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94' Deville 115k
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7 Posts
Discussion Starter #1
I have a 94' Deville, 4.9L with 118k on it and have had to replace the A/C compressor twice now.Yesterday when I disconnected the bigger hoses on the right of the radiator(i believe are A/C hoses)the lower one leaked black oil.Back when I replaced the last pump about 6 months ago I thought I added the Lubricant and some refrigerant but when i disconnected the hoses there was no pressure.Im wondering if I added this stuff in the wrong place and is this oil the lubricant?I was by passing the switch and engaging the clutch manually hoping that this would help circulate the oil but not sure if this was right.Im desperate for advise here .Any advise would be great, also maybe some ideas on why i cant get my pump to kick on.Thank you..!
 

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85 Coupe Deville 4.1 V8 & 4.3 V6 Deisel & 1970 Eldorado
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773 Posts
Black oil is not good. Unfortunately this usually means that a full flush of the system and replacement of the Dryer/Accumulator and Orifice Tube is in order. This condition is known as Black Death.

The Compressor is most likely shot. You probably also have some sort of leak. (could be the compressor seal?)

One of the harder things to do is determine the correct amount of oil in your system. Most of the recommendations you are likely to get suggest adding a can of oil whenever you recharge the system. Today's AC systems are designed to use as little refrigerant as possible. This means minimal system capacities. The oil amount is CRITICAL on these cars. To much oil will cause damage just as quick or quicker than not enough. I have seen a pump destroyed in less than 3 or 4 minuets due to overcharging with oil.

The problem is that you can never be sure how much is in the system without a complete drain and flush. (how many times has someone added a can of oil wile recharging) Oil also does not always leak out with the refrigerant leak. (a slow leak a high in the system may not leak any oil at all wile the same leak low in the system may leak a lot of oil)

This would be a great time to do an R134a conversion the right way. To do this correctly requires the complete flushing of the system, Replacement of the Dryer/Accumulator, Replacement of the Orifice Tube, Replacement of the Compressor, replacement of the Condenser with a R134a type , and possible replacement of the rubber lines. (R134a uses a different configuration of condenser than R12 and higher pressures from the Compressor and older lines are sometimes incompatible with R134a)

You should not bypass the pressure switch for more than a moment or two. Refrigerant is needed to carry the oil in suspension. The pressure switch makes sure there is enough refrigerant to carry the oil to the compressor. Without this, The compressor will be starved of oil and will disintegrate.

Unfortunately this repair is expensive. You can save a lot of money by searching for parts bargains on the net. I replaced the condenser, Accumulator,Orifice Tube, and compressor on a Lincoln Town car belonging to my father and the cost for the parts was under $220. All new.
 

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2010 DTS
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87,941 Posts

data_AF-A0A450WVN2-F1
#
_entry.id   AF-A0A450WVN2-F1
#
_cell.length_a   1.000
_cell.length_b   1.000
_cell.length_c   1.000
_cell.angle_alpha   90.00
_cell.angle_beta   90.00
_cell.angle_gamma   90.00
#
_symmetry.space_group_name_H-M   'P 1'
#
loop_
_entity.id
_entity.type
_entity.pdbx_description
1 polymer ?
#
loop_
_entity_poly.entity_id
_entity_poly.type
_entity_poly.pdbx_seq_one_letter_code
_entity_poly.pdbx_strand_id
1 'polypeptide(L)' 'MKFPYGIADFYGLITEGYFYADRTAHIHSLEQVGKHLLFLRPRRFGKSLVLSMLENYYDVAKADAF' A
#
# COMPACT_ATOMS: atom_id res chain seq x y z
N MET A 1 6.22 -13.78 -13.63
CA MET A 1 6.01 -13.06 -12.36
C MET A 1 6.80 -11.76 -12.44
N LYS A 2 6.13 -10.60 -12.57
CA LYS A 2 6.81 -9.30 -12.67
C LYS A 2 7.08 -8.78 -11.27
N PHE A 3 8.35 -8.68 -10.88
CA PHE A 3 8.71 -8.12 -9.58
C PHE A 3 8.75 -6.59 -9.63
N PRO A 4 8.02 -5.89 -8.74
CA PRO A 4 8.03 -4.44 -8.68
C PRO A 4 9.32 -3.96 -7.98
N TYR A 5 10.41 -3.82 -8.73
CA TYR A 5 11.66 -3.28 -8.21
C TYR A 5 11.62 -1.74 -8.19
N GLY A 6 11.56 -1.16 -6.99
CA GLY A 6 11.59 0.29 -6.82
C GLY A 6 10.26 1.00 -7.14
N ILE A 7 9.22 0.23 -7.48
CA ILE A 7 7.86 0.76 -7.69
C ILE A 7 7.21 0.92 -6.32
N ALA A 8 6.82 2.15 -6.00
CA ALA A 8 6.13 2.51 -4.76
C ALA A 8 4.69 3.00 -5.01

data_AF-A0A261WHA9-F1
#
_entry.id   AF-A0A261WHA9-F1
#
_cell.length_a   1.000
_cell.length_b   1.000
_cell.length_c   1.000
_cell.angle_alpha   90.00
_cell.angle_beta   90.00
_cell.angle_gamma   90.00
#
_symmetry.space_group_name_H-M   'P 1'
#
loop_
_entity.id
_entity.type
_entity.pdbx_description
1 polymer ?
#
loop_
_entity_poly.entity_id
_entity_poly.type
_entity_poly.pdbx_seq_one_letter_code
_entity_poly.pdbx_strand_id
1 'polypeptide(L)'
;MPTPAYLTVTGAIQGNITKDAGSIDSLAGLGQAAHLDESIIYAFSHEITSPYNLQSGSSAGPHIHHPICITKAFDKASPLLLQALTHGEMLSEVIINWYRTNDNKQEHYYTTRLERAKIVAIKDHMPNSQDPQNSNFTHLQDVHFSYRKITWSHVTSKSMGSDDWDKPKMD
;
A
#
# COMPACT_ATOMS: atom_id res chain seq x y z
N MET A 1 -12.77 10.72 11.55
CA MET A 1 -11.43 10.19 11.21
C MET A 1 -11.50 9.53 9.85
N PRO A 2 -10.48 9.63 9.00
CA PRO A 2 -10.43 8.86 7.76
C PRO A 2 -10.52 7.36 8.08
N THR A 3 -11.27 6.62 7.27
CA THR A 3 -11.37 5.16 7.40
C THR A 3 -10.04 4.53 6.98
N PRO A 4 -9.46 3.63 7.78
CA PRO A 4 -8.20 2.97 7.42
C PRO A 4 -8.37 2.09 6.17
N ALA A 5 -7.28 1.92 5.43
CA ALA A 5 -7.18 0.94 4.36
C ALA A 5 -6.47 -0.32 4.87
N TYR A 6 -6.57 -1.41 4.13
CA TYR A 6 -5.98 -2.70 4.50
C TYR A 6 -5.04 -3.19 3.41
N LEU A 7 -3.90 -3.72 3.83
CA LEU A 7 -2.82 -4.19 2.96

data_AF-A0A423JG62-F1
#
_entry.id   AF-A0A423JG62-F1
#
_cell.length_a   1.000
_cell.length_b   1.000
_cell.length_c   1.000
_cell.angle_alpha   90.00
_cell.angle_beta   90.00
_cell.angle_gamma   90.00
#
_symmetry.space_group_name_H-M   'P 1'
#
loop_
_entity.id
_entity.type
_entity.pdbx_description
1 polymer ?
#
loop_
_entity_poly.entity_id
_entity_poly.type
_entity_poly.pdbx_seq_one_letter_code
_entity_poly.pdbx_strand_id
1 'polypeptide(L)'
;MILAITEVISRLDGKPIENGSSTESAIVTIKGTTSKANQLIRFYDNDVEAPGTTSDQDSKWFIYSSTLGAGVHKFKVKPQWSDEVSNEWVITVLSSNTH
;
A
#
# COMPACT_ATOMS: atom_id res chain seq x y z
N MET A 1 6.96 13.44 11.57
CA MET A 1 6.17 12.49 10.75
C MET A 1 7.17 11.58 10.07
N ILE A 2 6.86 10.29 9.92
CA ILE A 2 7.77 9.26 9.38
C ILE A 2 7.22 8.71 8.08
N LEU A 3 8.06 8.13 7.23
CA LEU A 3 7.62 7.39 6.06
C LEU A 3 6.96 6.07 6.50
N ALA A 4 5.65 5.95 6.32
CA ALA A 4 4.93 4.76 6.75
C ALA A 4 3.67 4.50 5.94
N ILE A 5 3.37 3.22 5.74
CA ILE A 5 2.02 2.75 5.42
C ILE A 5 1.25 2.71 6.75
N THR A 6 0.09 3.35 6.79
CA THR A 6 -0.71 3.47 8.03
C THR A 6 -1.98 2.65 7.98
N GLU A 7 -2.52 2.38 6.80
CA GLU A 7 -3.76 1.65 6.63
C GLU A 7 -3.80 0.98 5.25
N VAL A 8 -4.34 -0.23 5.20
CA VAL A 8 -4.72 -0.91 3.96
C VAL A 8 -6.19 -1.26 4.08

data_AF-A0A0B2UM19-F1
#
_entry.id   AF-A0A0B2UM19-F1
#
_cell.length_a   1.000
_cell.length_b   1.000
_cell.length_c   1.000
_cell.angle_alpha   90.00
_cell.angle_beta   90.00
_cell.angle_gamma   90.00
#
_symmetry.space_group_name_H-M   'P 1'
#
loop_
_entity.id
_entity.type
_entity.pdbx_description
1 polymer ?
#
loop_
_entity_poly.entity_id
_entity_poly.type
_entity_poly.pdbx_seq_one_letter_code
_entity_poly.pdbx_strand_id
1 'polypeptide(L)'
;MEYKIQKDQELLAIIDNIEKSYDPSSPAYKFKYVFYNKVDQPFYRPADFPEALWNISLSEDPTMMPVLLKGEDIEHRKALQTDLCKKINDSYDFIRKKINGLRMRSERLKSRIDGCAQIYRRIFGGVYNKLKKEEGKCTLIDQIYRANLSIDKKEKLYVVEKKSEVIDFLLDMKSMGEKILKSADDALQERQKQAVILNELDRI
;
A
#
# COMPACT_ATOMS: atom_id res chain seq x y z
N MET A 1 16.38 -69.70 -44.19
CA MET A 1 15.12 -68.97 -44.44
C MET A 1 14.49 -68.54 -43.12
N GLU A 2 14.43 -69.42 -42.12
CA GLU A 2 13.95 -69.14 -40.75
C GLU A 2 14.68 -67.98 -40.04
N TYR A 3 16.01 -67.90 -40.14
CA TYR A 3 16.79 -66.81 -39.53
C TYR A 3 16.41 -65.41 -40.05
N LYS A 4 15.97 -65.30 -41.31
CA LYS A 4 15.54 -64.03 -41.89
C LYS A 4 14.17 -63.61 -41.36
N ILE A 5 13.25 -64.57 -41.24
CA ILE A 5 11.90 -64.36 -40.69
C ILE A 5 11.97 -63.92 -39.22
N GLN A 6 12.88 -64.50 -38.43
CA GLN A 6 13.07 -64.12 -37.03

aeronca is right. Your first compressor failed and left debris in the system. You didn't flush it and it took out the new compressor. Not only do you need to replace the orifice tube and the accumulator, but also the condenser as they are almost impossible to flush. Every remaining line then needs to be flush to avoid another failure. There are no short cuts in A/C service.

A FSM will tell you how many oz. of oil to put in each component when you replace them.
 

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85 Coupe Deville 4.1 V8 & 4.3 V6 Deisel & 1970 Eldorado
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773 Posts
One advantage you have is when a car get over 20 years old, Manufacturers tend to start to surplus there parts inventory. Some careful searching on the internet can yield significant savings. I use this surplus time to collect parts i may need to keep my cars running for years in the future.

I just bought 4 Crankcase Depression Regulator Valves for my diesel. They are NLA. Picked them up for under 5 dollars a piece. They used to go for about 50 dollars each. Bought a new A/C Compressor for $59.00. Normally $360.00 and on it goes.
 

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94' Deville 115k
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7 Posts
Discussion Starter #5
Thx for the replies.Since this is my only car for work I guess I will have to go on the search as I drive it and hope it will last.Bummer thing that the 94' pump only fits a 94'.I just bought the only used one around.I am so tempted on removing the pump if I can ....any one ever heard of this for the 4.9?Is it possible to just get a shorter belt?Again Thank You..
 

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85 Coupe Deville 4.1 V8 & 4.3 V6 Deisel & 1970 Eldorado
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773 Posts
leave the pump on and just disconnect the clutch plug. Will work as an idler all day long as long as the clutch bearing is good. This bearing has no connection to the pump internals.
 

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03 STS
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2,527 Posts
my 96 a/c slowly died. took a few years. bad compressor. threw on a $50 used one and a/c blew ice cubes. for a month. used new sealing o-rings too. old system never leaked freon. so compressor is bad. this spring i will break down and buy a remaned unit.
 
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